A diocese, from the Greek term ''διοίκησις'', meaning "administration", is the district under the supervision of a bishop. A diocese is divided into parishes (in the Church of England into benefices and parishes). This structure of church governance is known as episcopal polity. The word diocesan means relating or pertaining to a diocese. It can also be used as a noun meaning the bishop who has the principal supervision of a diocese.
In the Latter Day Saint movement, the term "bishopric" is used to describe the bishop himself, together with his two counselors, not the ward or congregation of which a bishop has charge.
An archdiocese (or archiepiscopal see or archbishopric) is more significant than a diocese. An archdiocese is presided over by an archbishop whose see may have or have had importance due to size or historical significance. The archbishop may have metropolitan authority over any other suffragan bishops and their dioceses within his ecclesiastical province.
A diocese also may be referred to as a ''bishopric'' or ''episcopal see'', though strictly the term ''episcopal see'' refers to the domain of ecclesiastical authority officially held by the bishop, and the term ''bishopric'' to the post of being bishop.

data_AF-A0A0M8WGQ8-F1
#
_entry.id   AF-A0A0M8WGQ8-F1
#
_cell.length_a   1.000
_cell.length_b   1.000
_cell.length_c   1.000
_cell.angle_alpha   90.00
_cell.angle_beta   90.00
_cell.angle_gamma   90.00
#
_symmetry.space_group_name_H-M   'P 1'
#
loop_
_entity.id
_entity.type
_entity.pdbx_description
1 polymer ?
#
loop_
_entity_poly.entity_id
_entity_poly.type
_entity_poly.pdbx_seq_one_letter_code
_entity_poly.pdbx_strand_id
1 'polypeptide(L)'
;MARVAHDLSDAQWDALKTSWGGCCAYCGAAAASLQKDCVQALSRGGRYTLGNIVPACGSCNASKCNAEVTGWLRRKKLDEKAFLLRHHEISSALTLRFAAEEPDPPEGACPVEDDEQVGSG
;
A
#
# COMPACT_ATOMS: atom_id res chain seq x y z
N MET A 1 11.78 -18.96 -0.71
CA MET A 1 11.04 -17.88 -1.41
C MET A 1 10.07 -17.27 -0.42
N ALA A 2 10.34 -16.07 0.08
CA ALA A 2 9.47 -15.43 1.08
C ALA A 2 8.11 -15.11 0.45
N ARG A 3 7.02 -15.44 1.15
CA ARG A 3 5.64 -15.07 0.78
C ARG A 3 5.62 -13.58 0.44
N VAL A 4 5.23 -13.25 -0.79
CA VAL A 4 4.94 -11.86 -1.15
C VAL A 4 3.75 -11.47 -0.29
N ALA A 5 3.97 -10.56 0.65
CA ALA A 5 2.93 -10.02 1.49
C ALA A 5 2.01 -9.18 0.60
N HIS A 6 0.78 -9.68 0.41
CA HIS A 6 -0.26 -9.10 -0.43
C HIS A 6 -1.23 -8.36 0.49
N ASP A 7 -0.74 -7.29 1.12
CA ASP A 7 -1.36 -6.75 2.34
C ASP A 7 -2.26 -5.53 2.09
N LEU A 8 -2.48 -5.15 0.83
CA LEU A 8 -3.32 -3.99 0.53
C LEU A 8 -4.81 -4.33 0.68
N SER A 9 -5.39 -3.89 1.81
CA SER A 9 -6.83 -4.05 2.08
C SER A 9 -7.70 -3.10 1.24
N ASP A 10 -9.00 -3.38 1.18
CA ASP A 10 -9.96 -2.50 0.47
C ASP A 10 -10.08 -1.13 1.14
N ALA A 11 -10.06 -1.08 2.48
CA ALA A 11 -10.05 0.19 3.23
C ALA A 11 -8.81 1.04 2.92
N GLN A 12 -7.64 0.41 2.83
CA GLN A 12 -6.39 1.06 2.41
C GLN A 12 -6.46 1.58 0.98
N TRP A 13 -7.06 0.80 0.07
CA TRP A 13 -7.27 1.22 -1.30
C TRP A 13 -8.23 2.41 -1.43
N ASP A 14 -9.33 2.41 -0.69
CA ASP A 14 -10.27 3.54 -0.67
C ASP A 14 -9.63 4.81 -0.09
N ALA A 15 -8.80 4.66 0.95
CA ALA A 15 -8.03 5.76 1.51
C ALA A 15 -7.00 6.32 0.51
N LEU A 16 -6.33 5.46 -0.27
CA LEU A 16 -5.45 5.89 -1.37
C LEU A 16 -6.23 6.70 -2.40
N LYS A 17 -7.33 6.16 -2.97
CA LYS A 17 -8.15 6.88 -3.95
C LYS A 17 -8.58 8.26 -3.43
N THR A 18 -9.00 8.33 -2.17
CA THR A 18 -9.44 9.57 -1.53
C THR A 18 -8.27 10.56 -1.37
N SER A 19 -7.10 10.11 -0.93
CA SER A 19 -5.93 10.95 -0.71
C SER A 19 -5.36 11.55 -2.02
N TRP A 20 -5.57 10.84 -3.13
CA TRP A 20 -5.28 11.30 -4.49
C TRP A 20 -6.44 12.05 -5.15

Especially in the Middle Ages, some bishops (e.g. prince-bishops) held political as well as religious authority within their dioceses, which in practice were thus also independent or semi-independent states.
== History ==
In the later organization of the Roman Empire, the increasingly subdivided provinces were administratively associated in a larger unit, the diocese (Latin ''dioecesis'', from the Greek term ''διοίκησις'', meaning "administration").
With the adoption of Christianity as the Empire's official religion in the 4th century, the clergy assumed official positions of authority alongside the civil governors. A formal church hierarchy was set up, parallel to the civil administration, whose areas of responsibility often coincided.
With the collapse of the Western Empire in the 5th century, the bishops in Western Europe assumed a large part of the role of the former Roman governors. A similar, though less pronounced, development occurred in the East, where the Roman administrative apparatus was largely retained by the Byzantine Empire. In modern times, many dioceses, though later subdivided, have preserved the boundaries of a long-vanished Roman administrative division. For Gaul, Bruce Eagles has observed that "it has long been an academic commonplace in France that the medieval dioceses, and their constituent ''pagi'', were the direct territorial successors of the Roman ''civitates''.〔, noting for instance 〕
Modern usage of 'diocese' tends to refer to the sphere of a bishop's jurisdiction. This became commonplace during the self-conscious "classicizing" structural evolution of the Carolingian Empire in the 9th century, but this usage had itself been evolving from the much earlier ''parochia'' ("parish"), dating from the increasingly formalised Christian authority structure in the 4th century.
抄文引用元・出典: フリー百科事典『 ウィキペディア（Wikipedia）』